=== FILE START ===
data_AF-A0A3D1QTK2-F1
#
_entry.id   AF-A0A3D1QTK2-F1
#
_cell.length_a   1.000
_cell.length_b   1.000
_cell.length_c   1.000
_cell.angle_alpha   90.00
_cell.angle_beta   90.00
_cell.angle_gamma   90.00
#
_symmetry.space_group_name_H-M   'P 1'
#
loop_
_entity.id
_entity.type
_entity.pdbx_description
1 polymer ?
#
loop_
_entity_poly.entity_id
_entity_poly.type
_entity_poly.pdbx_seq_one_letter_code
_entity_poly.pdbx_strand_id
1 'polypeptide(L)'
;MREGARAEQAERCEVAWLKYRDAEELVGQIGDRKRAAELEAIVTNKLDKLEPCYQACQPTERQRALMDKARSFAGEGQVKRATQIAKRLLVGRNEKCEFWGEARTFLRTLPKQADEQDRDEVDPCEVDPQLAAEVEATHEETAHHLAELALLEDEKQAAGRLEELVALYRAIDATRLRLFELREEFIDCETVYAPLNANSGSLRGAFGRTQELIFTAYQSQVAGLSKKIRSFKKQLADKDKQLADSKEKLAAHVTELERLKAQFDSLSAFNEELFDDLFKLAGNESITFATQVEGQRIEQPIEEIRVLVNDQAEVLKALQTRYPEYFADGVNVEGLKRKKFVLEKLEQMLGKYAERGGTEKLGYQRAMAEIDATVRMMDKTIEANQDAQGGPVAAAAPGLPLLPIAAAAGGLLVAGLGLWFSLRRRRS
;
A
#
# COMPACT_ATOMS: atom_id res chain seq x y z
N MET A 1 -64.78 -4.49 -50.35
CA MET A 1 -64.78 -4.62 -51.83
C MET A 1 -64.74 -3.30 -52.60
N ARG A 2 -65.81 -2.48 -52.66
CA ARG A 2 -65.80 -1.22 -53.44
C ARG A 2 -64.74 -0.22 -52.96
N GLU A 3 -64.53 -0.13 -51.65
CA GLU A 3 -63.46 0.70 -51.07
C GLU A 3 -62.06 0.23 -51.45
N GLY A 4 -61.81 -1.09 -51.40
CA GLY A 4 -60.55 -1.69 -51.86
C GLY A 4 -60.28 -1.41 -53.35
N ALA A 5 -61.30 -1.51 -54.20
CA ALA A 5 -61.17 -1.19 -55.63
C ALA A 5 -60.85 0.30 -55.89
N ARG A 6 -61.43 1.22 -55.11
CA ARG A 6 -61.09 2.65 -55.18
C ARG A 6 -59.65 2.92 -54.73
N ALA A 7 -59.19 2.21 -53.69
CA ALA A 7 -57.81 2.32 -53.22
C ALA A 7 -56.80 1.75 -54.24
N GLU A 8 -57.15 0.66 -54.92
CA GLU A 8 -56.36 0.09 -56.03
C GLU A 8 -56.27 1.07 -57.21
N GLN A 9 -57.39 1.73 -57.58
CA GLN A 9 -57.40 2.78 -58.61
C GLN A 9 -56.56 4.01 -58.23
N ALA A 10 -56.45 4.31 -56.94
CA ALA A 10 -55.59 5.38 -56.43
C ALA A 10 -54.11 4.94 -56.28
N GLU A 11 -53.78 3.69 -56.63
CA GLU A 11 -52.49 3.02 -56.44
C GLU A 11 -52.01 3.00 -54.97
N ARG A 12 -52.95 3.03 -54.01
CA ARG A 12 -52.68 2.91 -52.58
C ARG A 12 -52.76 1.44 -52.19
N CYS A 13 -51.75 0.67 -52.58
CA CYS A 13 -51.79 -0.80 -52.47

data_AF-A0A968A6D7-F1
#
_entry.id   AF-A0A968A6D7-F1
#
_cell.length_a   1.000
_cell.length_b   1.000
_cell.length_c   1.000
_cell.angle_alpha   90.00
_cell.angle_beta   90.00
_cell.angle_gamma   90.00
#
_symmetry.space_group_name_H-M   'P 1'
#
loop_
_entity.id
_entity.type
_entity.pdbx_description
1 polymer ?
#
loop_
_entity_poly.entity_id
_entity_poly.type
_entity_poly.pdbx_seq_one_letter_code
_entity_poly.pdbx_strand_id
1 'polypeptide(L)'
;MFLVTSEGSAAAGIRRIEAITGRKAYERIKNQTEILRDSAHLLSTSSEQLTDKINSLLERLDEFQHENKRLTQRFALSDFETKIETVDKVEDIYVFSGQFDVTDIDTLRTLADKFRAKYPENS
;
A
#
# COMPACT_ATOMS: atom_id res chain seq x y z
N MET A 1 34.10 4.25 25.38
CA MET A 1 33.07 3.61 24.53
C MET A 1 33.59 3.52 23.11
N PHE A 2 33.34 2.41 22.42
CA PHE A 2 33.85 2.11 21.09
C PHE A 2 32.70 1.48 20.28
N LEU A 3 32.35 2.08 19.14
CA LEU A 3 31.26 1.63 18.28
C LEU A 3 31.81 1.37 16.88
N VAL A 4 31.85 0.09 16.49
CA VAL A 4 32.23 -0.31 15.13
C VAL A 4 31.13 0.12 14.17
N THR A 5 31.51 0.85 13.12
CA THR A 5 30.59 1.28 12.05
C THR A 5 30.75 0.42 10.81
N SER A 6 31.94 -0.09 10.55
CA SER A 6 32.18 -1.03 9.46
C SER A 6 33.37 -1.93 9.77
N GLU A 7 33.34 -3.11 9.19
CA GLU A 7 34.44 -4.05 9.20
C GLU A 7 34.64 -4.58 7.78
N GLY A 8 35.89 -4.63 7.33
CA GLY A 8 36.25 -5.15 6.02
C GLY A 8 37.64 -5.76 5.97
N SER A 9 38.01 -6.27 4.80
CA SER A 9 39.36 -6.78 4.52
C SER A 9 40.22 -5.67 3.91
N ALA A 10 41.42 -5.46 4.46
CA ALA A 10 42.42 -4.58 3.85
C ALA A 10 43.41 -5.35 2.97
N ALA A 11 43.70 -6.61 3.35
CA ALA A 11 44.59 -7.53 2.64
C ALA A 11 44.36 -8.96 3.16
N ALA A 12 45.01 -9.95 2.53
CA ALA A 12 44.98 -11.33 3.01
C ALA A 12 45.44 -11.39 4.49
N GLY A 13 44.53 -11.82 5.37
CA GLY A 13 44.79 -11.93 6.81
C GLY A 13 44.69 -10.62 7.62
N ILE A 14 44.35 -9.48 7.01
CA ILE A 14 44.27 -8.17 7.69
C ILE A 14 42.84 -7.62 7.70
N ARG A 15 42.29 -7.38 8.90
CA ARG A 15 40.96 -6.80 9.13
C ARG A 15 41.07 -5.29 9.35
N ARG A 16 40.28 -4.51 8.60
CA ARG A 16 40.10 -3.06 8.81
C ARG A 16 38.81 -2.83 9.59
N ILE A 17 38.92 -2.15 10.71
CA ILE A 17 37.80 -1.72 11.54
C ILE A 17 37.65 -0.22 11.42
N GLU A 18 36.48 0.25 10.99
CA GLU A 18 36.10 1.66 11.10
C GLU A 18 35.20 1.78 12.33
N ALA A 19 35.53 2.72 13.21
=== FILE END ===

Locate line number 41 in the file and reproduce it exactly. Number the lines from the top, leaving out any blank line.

CA GLY A 4 -60.55 -1.69 -51.86